Online Media Source For Enid Lifestyle, Culture & Entertainment

Hauntings & Lore

Clay Hall remodeled

Clay Hall (above 2014), Old Phillips University
 Female Dorm. This haunted dormitory was condemned by state in the early 1980`s. Voices have been heard here along with piano playing. Recordings of ghostly women singing have also occurred. (This building was placed on the list of historic places and then sold in 2012 to a company that refurbished the inside and it is now low income apartments for senior citizens.)

The first cemetery in Enid was started in 1897.
The cemetery was created out of necessity as new settlers had to bury their deceased but lacked an official cemetery. After the first person was buried it didn’t take long before another was buried nearby in the area and thus the precedent to use the area as a cemetery was well established. There were more than 200 people buried in the early day cemetery before many, but not all of them, were moved to our present day cemetery.
Years later when the old unofficial cemetery was developed as a housing addition construction workers reported striking old caskets while excavating for foundations for new homes. Many families were unable to afford the cost of moving their relatives to the new cemetery, thus several graves remained in the area even as the large homes were being built.
Where was this early day cemetery? It was located near the corner of South VanBuren and Wabash streets in what is now known as the Kisner Addition! SO, if you live in the area and you think you’ve heard ghosts in the attic . . . you just might be right.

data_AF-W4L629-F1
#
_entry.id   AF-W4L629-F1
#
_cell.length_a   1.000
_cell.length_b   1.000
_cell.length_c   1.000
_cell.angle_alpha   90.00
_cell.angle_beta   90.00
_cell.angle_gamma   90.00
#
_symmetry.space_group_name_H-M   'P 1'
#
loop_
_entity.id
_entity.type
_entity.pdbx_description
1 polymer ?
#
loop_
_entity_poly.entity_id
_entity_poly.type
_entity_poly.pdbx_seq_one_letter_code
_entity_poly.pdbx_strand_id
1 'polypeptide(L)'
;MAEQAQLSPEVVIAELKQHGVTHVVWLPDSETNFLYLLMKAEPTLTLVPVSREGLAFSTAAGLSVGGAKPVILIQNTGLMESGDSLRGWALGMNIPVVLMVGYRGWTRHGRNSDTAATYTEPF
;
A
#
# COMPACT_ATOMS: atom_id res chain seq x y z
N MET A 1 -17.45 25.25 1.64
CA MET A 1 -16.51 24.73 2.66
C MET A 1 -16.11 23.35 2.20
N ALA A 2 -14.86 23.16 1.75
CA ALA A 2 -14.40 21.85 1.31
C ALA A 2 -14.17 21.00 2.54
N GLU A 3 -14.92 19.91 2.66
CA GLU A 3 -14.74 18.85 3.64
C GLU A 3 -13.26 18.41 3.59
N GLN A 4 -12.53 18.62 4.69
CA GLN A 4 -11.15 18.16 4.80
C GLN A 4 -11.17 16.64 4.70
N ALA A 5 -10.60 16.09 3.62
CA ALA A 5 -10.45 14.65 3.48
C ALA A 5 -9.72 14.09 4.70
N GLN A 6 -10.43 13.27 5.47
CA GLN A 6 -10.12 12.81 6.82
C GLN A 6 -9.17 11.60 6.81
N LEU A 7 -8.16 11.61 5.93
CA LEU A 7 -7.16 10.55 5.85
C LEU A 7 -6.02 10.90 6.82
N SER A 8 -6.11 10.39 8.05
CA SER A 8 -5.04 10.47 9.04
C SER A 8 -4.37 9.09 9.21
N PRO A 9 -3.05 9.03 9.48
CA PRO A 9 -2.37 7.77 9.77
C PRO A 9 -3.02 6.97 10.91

The building at 303 W. Broadway just west of the downtown area is a five-story brick building which once housed the Masonic Temple on the fourth and fifth floors. It is currently the home of the Enid Symphony Orchestra, with rooms and banquet hall available for private events.

The Enid Buzz online newspaper relates the story of George, who has been seen and experienced in this building over the years. Their account reads as follows: “Of its six stories, the top two were built as a Masonic Temple, housing a large concert hall, banquet hall, and theatre, as well as ancillaries. At one time it was the largest and most active Masonic Temple in the region. It`s doors were abruptly closed in 1946 for reasons unknown. Between 1946 and 1981, no one was allowed onto the top two floors of the building. For years the owner refused to sell the building. Of the stories “The Lights,” are the best known around the city of Enid. The director of the Enid Symphony had an encounter with George the elevator repairman walking the halls.”

From the website of P.P.I. Pananormal Investigations:
“The Knox Building was built in 1921 and was used as a Masonic Temple. The building was closed during the 1940s and sat vacant until some time in the 1980s, with the fourth and fifth floors remaining vacant until the 1990s.
Doug Newell, music director of Enid Symphony Orchestra, was more than willing to fill me in on the accounts from people who have had strange experiences in the building. First, Newell shared a personal experience.